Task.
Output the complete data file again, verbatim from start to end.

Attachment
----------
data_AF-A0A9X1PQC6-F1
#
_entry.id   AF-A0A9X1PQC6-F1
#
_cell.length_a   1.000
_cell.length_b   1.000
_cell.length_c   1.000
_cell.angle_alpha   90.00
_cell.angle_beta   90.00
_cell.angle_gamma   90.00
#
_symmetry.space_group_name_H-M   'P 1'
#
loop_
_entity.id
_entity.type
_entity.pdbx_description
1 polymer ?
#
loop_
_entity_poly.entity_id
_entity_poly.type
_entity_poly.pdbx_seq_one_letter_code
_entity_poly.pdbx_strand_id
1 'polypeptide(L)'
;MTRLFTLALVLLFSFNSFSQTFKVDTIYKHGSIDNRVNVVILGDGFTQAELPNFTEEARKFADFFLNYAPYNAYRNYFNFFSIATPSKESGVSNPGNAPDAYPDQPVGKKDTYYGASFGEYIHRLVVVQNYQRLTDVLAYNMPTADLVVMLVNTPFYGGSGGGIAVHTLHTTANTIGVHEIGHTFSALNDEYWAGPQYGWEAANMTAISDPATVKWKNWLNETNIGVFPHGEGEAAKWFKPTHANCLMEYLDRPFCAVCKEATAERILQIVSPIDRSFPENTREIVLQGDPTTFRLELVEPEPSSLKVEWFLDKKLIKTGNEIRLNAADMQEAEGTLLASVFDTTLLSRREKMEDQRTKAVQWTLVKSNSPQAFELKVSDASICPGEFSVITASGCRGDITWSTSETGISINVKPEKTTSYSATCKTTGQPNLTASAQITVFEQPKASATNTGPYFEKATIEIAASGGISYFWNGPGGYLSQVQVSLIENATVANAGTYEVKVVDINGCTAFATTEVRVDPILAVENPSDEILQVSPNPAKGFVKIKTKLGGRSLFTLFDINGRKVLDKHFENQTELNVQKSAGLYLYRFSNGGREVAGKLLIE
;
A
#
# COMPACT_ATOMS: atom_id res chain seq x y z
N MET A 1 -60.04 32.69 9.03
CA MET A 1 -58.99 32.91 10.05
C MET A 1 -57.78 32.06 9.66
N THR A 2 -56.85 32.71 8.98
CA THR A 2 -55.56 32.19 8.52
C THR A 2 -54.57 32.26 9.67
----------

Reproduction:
data_AF-A0A9X1PQC6-F1
#
_entry.id   AF-A0A9X1PQC6-F1
#
_cell.length_a   1.000
_cell.length_b   1.000
_cell.length_c   1.000
_cell.angle_alpha   90.00
_cell.angle_beta   90.00
_cell.angle_gamma   90.00
#
_symmetry.space_group_name_H-M   'P 1'
#
loop_
_entity.id
_entity.type
_entity.pdbx_description
1 polymer ?
#
loop_
_entity_poly.entity_id
_entity_poly.type
_entity_poly.pdbx_seq_one_letter_code
_entity_poly.pdbx_strand_id
1 'polypeptide(L)'
;MTRLFTLALVLLFSFNSFSQTFKVDTIYKHGSIDNRVNVVILGDGFTQAELPNFTEEARKFADFFLNYAPYNAYRNYFNFFSIATPSKESGVSNPGNAPDAYPDQPVGKKDTYYGASFGEYIHRLVVVQNYQRLTDVLAYNMPTADLVVMLVNTPFYGGSGGGIAVHTLHTTANTIGVHEIGHTFSALNDEYWAGPQYGWEAANMTAISDPATVKWKNWLNETNIGVFPHGEGEAAKWFKPTHANCLMEYLDRPFCAVCKEATAERILQIVSPIDRSFPENTREIVLQGDPTTFRLELVEPEPSSLKVEWFLDKKLIKTGNEIRLNAADMQEAEGTLLASVFDTTLLSRREKMEDQRTKAVQWTLVKSNSPQAFELKVSDASICPGEFSVITASGCRGDITWSTSETGISINVKPEKTTSYSATCKTTGQPNLTASAQITVFEQPKASATNTGPYFEKATIEIAASGGISYFWNGPGGYLSQVQVSLIENATVANAGTYEVKVVDINGCTAFATTEVRVDPILAVENPSDEILQVSPNPAKGFVKIKTKLGGRSLFTLFDINGRKVLDKHFENQTELNVQKSAGLYLYRFSNGGREVAGKLLIE
;
A
#
# COMPACT_ATOMS: atom_id res chain seq x y z
N MET A 1 -60.04 32.69 9.03
CA MET A 1 -58.99 32.91 10.05
C MET A 1 -57.78 32.06 9.66
N THR A 2 -56.85 32.71 8.98
CA THR A 2 -55.56 32.19 8.52
C THR A 2 -54.57 32.26 9.67